company changes course
to provide weeklong trips
The move means fewer Madison stops,
but more for Louisville
(September 2001) Madison, In Frequently during
each summer, an historical image of American culture cruises
the Ohio River steamboats making their way between
Pittsburgh and New Orleans. Companies such as the Delta
Queen Steamboat Co. Inc. are reinventing the wheel
or the paddlewheel as it were
to enhance this historical experience.
Over the years, this revitalization of early
American river travel has had many economic effects on
the towns along the river where the steamboats stop. But
because of recent changes in the cruise schedules, several
towns, including Madison, will see fewer visits in 2002.
Compared to 11 stops in Madison this year by its three
steamboats, the American Queen, the Delta Queen and the
Mississippi Queen, next years schedule lists only
three stops. The American Queen, the largest of the three,
will not stop at all in Madison. The Delta Queen will
stop twice and the Mississippi only once to bring passengers
to visit historic Madison for a few hours.
Conversely, Louisville, Ky., will graduate to being more
than just stops by these steamboats. Now passengers
will board and have their final docking in Louisville,
which could involve guests spending one or two nights
in the city. Mayor Dave Armstrong sees the increased presence
of the steamboats as a way of attracting more people to
Louisvilles waterfront and bringing more than 8,000
people to town, a number that would double from years
In 2002, there are 16 cruises scheduled between Louisville
and Pittsburgh. Eight will begin and end in each city.
The Delta Queen will increase its number of stops in Louisville
but will start and stop in Cincinnati, Memphis, Nashville,
Tenn., and Chattanooga, Tenn. The American Queen, meanwhile,
will mostly conduct its tours along the Mississippi River
between St. Louis and St. Paul, Minn.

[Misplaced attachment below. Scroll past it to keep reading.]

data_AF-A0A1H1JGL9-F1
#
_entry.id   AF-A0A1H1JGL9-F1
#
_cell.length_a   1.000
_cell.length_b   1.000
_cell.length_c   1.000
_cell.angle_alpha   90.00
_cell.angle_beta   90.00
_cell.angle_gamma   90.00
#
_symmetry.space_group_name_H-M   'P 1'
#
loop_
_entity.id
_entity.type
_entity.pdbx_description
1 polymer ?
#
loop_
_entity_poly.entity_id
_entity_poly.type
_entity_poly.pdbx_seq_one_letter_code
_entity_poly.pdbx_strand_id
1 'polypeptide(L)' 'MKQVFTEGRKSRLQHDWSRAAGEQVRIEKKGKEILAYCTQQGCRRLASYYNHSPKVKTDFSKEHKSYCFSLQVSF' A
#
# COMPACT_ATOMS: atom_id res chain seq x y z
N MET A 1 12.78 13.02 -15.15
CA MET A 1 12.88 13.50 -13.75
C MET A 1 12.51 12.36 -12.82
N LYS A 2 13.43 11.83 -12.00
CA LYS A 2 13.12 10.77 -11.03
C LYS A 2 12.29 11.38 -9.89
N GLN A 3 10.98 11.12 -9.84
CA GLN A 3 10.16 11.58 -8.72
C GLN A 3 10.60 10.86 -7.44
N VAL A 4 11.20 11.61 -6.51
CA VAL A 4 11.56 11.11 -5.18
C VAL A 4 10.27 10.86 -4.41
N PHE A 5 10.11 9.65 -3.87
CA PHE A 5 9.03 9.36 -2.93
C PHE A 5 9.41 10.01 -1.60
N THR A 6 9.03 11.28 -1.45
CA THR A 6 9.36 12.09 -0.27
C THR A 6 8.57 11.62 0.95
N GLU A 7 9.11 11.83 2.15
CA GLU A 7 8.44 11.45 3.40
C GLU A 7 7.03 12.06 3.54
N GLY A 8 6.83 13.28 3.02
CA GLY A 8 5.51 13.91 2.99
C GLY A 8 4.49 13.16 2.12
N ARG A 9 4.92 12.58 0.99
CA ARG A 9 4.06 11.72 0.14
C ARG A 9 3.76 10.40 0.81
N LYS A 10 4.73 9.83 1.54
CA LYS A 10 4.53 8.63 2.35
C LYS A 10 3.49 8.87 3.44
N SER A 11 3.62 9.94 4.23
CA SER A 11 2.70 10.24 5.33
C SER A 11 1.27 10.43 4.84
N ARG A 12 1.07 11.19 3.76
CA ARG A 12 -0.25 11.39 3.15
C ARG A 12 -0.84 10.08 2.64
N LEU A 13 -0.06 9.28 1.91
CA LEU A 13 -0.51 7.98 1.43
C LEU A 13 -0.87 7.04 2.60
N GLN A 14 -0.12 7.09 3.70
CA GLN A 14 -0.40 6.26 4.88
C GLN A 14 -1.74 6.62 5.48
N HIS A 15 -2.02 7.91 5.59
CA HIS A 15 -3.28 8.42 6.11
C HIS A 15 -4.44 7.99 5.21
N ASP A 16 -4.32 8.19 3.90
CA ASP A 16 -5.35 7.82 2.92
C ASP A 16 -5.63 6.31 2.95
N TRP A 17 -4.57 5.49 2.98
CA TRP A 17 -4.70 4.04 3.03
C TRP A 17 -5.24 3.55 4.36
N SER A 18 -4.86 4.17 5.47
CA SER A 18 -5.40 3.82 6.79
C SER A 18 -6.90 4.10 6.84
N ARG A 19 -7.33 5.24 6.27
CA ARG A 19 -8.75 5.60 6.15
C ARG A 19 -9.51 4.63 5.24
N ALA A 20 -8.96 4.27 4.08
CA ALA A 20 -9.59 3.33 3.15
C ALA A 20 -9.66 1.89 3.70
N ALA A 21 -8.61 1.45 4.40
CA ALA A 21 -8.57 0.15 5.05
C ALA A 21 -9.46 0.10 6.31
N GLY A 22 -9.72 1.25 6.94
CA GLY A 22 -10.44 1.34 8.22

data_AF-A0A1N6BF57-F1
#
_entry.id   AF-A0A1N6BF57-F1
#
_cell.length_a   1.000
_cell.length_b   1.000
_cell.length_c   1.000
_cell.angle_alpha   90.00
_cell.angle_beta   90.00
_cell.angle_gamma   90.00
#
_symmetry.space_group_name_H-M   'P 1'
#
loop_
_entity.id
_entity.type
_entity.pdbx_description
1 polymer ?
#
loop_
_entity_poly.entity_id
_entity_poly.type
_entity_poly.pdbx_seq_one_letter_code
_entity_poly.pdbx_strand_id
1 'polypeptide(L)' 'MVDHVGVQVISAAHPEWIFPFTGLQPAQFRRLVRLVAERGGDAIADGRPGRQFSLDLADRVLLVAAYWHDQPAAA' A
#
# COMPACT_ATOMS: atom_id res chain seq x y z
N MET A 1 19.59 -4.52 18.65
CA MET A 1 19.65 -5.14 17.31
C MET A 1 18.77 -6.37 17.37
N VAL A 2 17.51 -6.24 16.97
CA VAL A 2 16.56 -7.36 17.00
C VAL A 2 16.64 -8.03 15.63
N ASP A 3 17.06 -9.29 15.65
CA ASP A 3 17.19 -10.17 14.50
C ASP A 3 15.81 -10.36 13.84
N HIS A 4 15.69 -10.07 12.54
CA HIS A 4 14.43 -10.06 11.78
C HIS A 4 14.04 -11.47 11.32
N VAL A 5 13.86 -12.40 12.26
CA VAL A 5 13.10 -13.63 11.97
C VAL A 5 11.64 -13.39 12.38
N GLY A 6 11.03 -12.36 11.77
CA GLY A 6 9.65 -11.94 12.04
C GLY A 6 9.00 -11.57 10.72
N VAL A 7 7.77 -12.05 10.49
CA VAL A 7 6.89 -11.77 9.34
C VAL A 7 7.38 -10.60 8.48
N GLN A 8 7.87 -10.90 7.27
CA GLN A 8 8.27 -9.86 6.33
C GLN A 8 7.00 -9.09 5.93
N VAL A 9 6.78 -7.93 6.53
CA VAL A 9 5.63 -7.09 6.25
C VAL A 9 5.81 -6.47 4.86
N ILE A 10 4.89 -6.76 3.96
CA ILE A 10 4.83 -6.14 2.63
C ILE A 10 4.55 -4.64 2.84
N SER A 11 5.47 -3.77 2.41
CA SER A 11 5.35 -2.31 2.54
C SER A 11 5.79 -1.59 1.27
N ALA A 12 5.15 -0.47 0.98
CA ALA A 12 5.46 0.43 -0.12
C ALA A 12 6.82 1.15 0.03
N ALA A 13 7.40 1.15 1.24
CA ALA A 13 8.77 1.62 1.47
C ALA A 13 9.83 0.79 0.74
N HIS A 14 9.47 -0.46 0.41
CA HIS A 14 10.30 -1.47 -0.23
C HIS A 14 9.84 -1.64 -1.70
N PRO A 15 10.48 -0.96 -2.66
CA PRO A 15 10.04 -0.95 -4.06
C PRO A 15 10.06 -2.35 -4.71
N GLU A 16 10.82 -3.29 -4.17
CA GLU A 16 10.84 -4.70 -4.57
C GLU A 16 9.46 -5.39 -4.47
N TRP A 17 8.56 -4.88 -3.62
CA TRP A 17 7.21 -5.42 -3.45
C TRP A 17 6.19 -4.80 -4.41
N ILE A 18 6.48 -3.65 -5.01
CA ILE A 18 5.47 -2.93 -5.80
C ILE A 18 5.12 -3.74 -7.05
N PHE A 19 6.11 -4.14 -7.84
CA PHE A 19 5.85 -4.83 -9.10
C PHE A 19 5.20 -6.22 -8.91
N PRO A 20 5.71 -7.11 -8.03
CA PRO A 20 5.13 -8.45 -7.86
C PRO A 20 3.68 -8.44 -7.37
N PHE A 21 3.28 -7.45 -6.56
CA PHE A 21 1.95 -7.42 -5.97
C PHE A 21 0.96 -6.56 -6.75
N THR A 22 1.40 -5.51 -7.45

The change in scheduling has occurred to enhance a seven-night
vacation experience that would cater towards younger passengers,
according to Delta Queen Steamboat. Co. public relations
officials. The company is finding it is more conducive
for the younger, pre-retirement age groups to get away
for a week or less. In the past, many of the cruises have
lasted as long as 14 days.
All stopping points are determined by the home office
and made two years in advance, said Jamie Kilb,
tourism director for the Mississippi Queen. Theyre
looking for history and good tour opportunities.
Madison has long been a favorite stop for passengers,
company officials said.
After the boat docks on Madisons riverfront, the
passenger are greeted by tourism officials and volunteers
who offer them brochures, town maps and information on
shopping, dining and history. The Madison Trolley and
tour buses take them to the towns Main Street, where
many shops open earlier than usual to accommodate the
We have approached many of the merchants about opening
earlier, said Susie Hamner, marketing director of
the Madison Area Convention and Visitors Bureau. Most
of them are trying to open at about 8 in the morning,
and that seems to be working well.
The Delta Queen Steamboat Co. usually has its boats dock
in smaller river towns on weekdays from 7 a.m. to noon.
But Hamner said that one of the Delta Queens 2002
visits will occur on a Sunday next year. At Kilbs
request, Hamner has sent her a listing of church service
times in the Madison area for interested passengers.
Madison has carried on its strong hospitality tradition
since the mid-1980s. Early efforts were spearheaded by
the late Dotti Reindollar and Elbert Hinds. The two often
dressed up in 1800s attire to greet the boats. Such greetings
often included walking tours of museums and combos playing